Apr 29 2006

Oil, oil, oil…….

Published by at 3:22 pm under General

For the historians with short memories and for those too young to remember the seventies, I found the following from Barron’s magazine column to be on the point.

LAST WEEK ALSO BROUGHT A SENSE OF DÉJÀ VU from the ‘Seventies in the histrionics over oil and gasoline prices. The same nonsense about “price gouging” and calls for a windfall- profits tax reappeared as if unearthed from a time capsule with a disco ball or an execrable Eagles album. The only thing missing was gas lines of that era, which should tell you something. Aside from spot shortages resulting from the change in government regulations that eliminated the MTBE additive, there was plenty of gasoline available. And though it’s back above $3 a gallon, it’s less than a latte. It’s just we got used to gas being less than bottled water. Let’s see how many Winnebagos will stay parked in their driveways instead of trundling to Nascar races this summer because gas is too dear. Hardly any, I’ll wager.

The irony is that while oil and gas prices grabbed the headlines, crude prices actually retreated last week from over $75 a barrel to around $70.50 before rallying back to $71.88 as tensions over Iran’s nuclear program intensified at week’s end. Friday was the deadline set by the United Nations for Iran to stop its uranium enrichment. Iranian President Mahmoud Ahmadinejad was quoted by the BBC as saying that his country “does not give a damn” about U.N. resolutions calling for Iran to stop its nuclear activities. (Wasn’t there also some unpleasantness concerning Iran in the ‘Seventies?)

I’ll also bet that one of the newsweeklies will show up on the newsstand Monday with a cover story about energy, probably with an oil derrick pumping out dollars or something equally inane. If that happens, energy stocks might be due for a pullback. That would be consistent with the pattern discerned by Paul Macrae Montgomery, publisher of the Universal Economics newsletter. By the time something gets into the zeitgeist and onto magazine covers, it’s probably more than discounted in the market.

…….

Oil companies boomed in the 1970s and early 1980s until the high prices and deregulation stimulated production, so supply caught up with demand and crude prices collapsed to $10 a barrel along the way. There followed nearly two decades of underinvestment amid persistent low prices — until the last couple of years. During that time, investment boomed in technology and telecom, until the bust, which left huge excess capacity (think dark fiberoptic cable) and depressed prices. Booms beget busts, until the malinvestments of the previous cycle are liquidated and the capital is reallocated.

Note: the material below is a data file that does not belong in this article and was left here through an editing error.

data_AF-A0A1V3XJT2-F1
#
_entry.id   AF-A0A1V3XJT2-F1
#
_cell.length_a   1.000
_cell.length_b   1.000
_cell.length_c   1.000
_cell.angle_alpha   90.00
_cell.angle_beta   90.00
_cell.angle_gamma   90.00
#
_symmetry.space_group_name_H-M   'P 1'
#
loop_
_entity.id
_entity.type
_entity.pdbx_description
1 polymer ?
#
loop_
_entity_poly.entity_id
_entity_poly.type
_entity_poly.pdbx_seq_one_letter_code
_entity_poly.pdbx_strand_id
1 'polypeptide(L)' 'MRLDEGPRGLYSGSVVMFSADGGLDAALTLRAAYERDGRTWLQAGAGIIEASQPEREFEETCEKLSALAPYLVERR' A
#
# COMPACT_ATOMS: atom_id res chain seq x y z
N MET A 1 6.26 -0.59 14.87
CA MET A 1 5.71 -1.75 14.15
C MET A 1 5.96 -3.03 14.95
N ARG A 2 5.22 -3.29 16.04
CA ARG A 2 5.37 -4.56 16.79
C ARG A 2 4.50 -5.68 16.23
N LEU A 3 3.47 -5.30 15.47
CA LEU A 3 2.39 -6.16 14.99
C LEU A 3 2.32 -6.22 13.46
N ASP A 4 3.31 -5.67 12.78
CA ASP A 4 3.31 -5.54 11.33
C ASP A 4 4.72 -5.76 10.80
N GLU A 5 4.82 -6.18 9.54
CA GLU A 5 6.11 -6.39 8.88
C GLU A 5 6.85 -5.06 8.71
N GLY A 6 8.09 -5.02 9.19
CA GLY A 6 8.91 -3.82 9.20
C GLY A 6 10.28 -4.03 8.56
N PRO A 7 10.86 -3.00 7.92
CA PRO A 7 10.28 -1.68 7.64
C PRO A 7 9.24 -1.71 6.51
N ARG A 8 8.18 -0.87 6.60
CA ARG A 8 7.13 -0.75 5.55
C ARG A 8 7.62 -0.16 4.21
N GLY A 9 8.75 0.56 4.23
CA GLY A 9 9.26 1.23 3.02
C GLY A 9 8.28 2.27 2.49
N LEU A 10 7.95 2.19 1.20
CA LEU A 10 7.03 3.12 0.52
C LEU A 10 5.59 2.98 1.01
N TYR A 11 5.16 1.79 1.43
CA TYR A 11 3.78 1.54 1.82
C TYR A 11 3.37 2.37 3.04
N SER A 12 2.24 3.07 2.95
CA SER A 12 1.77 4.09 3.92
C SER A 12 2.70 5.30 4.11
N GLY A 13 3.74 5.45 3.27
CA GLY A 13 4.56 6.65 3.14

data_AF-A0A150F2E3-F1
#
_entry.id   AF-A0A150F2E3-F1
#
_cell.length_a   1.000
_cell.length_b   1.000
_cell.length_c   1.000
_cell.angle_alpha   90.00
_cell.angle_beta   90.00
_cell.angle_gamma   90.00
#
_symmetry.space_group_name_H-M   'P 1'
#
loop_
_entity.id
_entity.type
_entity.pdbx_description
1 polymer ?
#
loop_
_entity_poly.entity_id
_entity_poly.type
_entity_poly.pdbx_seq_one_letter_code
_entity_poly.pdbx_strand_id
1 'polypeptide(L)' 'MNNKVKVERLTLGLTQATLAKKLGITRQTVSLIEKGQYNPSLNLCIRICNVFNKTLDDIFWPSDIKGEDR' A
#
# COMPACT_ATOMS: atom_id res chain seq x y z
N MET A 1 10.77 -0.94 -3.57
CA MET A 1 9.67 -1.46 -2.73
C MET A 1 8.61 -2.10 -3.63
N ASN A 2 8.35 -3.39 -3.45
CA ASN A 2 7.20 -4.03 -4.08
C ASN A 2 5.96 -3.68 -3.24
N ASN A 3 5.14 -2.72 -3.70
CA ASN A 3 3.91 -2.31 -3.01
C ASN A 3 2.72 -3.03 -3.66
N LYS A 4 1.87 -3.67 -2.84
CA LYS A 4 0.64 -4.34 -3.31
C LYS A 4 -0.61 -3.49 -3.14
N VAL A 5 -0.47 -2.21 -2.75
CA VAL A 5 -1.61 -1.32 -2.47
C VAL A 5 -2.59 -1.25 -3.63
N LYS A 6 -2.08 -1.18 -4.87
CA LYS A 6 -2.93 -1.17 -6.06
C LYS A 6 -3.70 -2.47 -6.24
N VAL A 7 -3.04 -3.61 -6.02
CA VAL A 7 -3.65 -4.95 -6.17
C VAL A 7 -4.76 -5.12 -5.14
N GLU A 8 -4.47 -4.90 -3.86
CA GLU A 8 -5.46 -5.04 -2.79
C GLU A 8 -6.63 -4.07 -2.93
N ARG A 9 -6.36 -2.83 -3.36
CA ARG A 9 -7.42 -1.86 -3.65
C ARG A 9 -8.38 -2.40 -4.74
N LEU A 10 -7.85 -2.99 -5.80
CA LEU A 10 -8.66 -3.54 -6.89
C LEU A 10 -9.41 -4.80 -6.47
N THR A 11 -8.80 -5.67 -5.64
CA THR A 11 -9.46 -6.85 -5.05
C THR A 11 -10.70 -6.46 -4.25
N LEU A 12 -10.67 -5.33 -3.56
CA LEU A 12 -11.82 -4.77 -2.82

It’s really no different from the hog cycle, when you think about. Demand for the piggies drives up prices, so herds expand. Pork chops get pricey, so consumers switch to chicken. Prices fall and herds get slaughtered until supplies shrink; then prices have to rise enough for hog farmers to start to expand their herds again.

Hope I’m within the fair use provisions of copyright when I copy this here. I do, and you would, have to pay to read the original on Barrons’ web site.

2 responses so far

2 Responses to “Oil, oil, oil…….”

  1. gckon 29 May 2006 at 9:09 am

    Two thoughts:

    If people will really keep driving their RVs to NASCAR no matter what the price, then why don’t we tax gas more?

    The metaphor in the final paragraph is pretty facile. Hogs are a bit more of a renewable resource than fossil fuel. (Though, like expanding hog farms, increased oil exploration has some side effects that kinda… stink.)

  2. Chicagoon 29 May 2006 at 9:37 am

    I agree that gas should be taxed more heavily as it would help solve at least two problems – budget deficits and ‘over consumption’ of a scare resource. Problem is people and their expectations (e.g. cheap motor gasoline is written into the Bill of Rights). Californians, a goofy bunch, revolted when a couple hundred dollar increase in auto registration fees was proposed and the government backed down. No politician is going to suggest a gas tax. But plenty will suggest wind fall profit taxes. Though ‘wind falls’ in commodity markets are in the eyes of those without whatever commodity has become scare.

    Yes, the metaphor was superficial, but I took it to only refer the supply demand cycles. Oil and pigs are different; though you could turn pigs into combustible oil ……….

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